Nigeria high court sets June date to hear arguments on Sharia

Monday, May 22, 2000 | Tag Cloud Tags: ,

LAGOS, 22 May 2000 (Newsroom) — ’s Federal High Court will hear arguments next month on the legality of , which has sparked violent conflicts between Christians and Muslims in northern states where it has been introduced.

Chief Justice Muhammad Belgore was prepared to hear arguments Friday on the suit brought by the Christian Association of Nigeria (CAN), but adjourned the matter until June 27 when CAN attorneys failed to appear.

CAN filed suit to stop the implementation of Sharia in the state of Zamfara, the first of eight northern states to introduce Islamic penal law. Nigeria’s secular constitution permits Sharia only in the case of domestic matters such as marriage, inheritance, and adoption.

“Zamfara state has become very difficult for Christians to live, work, and practice their religion,” CAN Secretary General Charles Obasola Williams said in an affidavit supporting the suit.

Three individuals and Human Rights Law Service, a leading human rights organization, have filed separate suits in the Zamfara High Court in Gusau challenging the legality of the law adopted by the state in October. Those cases are yet to be heard.

Many other northern states already have initiated the process of incorporating Sharia into the penal code. Islamic penal law prescribes amputation, public flogging, and beheading for certain crimes. The hand of a convicted thief was amputated in Zamfara in March.

The introduction of Sharia in Kaduna state in February sparked a religious clash resulting in the deaths of more than 400 people and the destruction of churches, mosques, businesses, and homes. More fighting between Christians and Muslims was reported there on Monday, with at least one known death. Troops have been deployed to keep peace.

CAN sued Zamfara state officials, including Governor Ahmed Sanni, as well as Nigeria President Olusegun Obasanjo. The organization contends that Sharia is unconstitutional. Zamfara officials disagree and challenged Christians to file suit.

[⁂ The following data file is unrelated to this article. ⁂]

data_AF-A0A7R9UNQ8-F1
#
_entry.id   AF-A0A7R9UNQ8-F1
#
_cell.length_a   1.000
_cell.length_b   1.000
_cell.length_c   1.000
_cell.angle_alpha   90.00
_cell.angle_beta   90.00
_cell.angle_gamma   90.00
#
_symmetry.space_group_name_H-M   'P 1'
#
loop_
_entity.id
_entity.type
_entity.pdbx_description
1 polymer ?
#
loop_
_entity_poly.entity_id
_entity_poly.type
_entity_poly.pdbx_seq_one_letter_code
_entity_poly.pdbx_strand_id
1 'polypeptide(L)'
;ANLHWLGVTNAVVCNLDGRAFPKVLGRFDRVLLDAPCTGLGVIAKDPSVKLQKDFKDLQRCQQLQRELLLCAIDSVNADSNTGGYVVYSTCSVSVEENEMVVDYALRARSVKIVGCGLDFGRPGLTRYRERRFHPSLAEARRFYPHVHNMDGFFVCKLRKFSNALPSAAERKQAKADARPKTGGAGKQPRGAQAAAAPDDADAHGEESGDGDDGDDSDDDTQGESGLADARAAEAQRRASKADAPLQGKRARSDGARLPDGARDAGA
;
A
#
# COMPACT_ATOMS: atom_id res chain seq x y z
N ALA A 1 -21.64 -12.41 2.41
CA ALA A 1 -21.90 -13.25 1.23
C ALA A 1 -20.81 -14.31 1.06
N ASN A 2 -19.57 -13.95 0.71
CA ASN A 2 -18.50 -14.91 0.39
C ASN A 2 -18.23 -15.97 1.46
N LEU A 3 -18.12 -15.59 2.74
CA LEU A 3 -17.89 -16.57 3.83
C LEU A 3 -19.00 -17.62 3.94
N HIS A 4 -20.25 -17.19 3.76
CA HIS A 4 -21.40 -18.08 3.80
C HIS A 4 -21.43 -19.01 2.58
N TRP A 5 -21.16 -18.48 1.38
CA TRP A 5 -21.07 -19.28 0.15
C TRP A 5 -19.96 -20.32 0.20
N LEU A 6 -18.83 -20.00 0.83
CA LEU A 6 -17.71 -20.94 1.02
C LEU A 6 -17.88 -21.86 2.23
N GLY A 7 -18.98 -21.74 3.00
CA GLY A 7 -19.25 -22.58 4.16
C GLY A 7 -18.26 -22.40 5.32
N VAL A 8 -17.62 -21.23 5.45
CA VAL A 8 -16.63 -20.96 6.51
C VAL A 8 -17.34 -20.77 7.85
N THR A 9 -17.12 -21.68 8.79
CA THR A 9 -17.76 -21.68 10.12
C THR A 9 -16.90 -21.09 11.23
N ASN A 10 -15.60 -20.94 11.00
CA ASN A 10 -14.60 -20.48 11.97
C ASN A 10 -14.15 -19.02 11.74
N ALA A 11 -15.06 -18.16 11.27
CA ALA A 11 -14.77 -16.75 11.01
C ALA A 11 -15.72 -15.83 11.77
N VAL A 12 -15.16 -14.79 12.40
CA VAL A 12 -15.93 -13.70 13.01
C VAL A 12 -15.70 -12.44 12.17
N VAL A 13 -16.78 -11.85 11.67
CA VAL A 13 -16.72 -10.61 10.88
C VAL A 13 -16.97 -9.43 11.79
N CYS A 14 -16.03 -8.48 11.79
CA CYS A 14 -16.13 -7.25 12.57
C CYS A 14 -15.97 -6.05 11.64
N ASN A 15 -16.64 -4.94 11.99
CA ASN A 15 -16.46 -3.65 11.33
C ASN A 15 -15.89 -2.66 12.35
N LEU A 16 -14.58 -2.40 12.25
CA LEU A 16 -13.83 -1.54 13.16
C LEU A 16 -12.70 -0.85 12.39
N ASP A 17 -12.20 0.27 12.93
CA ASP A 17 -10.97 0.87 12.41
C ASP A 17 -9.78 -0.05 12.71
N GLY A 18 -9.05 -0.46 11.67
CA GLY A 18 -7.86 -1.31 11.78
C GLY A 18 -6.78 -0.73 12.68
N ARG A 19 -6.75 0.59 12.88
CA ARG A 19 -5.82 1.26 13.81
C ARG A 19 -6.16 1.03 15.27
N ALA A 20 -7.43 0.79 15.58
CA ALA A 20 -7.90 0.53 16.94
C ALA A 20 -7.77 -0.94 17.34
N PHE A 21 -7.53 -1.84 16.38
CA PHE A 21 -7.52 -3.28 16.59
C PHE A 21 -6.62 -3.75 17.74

In an affidavit supporting the suit, CAN Secretary General Charles Obasola Williams said that Christian husbands and wives living in Zamfara now must travel in separate taxi cabs because Sharia prevents men and women from riding in the same vehicles of public transportation.

Williams also argued that Sharia law violates the right of Christians to freely practice their religion, citing the riots in Kaduna “which resulted in the death of over 300 Christians and burning and vandalization of over 40 churches.”

“It is in the interest of peaceful co-existence in Zamfara state that the Sharia court law be nullified,” the CAN official wrote.

Christians who previously owned video clubs, movie theaters, bars, restaurants, barber shops, hair salons, and cosmetics enterprises in Zamfara have seen their businesses closed under Sharia, he said.

“That Christians who operate motor bicycle services in Zamfara state are not allowed to convey women on these bikes, and this inflicts hardship on both (female) Christians and the loss of business for the motorcycle operators and denial of livelihood,” Williams argued.

In addition, he observed, “the punishment for any Muslim who changes his religion to Christianity is death, in which case it is a Christian that will be killed.”

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